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Breaking ground with printable sound

Ken Berkun, Founder, Labels That Talk Ltd.

Beep! That’s the sound you usually hear when you scan a barcode. But a new barcode being developed by Ken Berkun, founder of Kailua-based startup Labels That Talk Ltd., will be making much more noise than that. Berkun, who has been designing special barcodes that, when scanned, play back short segments of recorded sound, says his software and designs will first hit the shelves at scrapbooking stores.

The scanner/ recorder:


This generates barcodes when a user records a conversation, message, note, greeting or any other sound. Once connected to a printer, the barcode can be made. A simple wave of the device over the barcode will reproduce the sound in less than a second. The scanner doesn’t store any information for playback; instead it generates the sound solely from the data in the barcode.

The barcode:


These high-density, two-dimensional barcodes hold all the data of a particular sound within their matrices of black dots. The barcodes can be made from any inkjet printer with standard ink cartridges that can print at least 300 dots per inch. Depending on the quality of the paper, 10 to 20 seconds of sound can be recorded. Berkun says the barcodes are quite durable, and can still work after minor rips, folds or spills. And if half is missing, you can still listen to the remaining portion.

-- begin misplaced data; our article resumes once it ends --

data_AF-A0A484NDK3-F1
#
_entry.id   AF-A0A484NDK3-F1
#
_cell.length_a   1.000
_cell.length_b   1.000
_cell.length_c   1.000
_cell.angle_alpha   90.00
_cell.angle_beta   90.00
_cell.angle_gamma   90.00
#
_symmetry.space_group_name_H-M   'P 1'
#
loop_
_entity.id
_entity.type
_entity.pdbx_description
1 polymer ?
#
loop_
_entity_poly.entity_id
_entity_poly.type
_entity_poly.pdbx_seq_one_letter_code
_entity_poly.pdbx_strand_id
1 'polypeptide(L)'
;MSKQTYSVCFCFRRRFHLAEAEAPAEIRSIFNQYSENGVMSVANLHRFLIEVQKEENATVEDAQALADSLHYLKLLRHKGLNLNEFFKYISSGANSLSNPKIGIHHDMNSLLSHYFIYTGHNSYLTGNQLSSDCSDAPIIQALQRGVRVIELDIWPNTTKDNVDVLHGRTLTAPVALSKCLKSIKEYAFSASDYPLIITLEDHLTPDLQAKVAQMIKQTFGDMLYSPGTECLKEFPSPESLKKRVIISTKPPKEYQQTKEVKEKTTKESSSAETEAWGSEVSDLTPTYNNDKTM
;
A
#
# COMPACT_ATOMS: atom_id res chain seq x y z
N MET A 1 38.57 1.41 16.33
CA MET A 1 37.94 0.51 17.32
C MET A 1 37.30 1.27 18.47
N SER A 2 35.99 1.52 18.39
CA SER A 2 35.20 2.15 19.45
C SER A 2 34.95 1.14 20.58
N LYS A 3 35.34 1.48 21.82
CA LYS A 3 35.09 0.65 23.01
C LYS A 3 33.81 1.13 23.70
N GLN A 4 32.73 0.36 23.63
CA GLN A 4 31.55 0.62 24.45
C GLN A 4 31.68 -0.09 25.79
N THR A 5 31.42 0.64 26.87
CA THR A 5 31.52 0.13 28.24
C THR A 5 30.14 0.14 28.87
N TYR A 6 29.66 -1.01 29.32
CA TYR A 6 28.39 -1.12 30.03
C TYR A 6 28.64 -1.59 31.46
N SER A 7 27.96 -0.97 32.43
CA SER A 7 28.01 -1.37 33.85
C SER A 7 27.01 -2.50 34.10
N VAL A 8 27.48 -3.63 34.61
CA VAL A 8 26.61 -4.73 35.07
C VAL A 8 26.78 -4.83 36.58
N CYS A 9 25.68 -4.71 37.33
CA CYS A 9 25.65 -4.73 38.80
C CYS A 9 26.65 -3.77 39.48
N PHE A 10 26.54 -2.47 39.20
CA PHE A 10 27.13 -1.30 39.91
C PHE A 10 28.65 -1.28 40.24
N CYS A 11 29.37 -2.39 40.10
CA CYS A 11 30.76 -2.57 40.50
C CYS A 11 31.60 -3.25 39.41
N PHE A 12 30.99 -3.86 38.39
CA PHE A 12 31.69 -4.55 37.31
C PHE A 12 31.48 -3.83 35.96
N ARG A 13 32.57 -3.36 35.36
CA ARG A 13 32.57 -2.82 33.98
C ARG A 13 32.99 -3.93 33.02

Applications:


Berkun is initially targeting the scrapbooking and pharmaceutical industries. Talking labels can be used in place of photo captions, or they can record the sounds of the photo subjects themselves. He says a picture of the bride and groom is nice, but hearing them say, “I do,” is even better. Berkun adds that a pill bottle label with a doctor’s plain-English explanation of a medical routine can make prescription instructions less confusing,
reducing the number of medical accidents. With numerous other uses, like greeting cards, children’s books and aids for the visually impaired, Berkun says, “The biggest problem is that there are too many applications.”
— Casey Chin
 

 

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Hawaii Business,September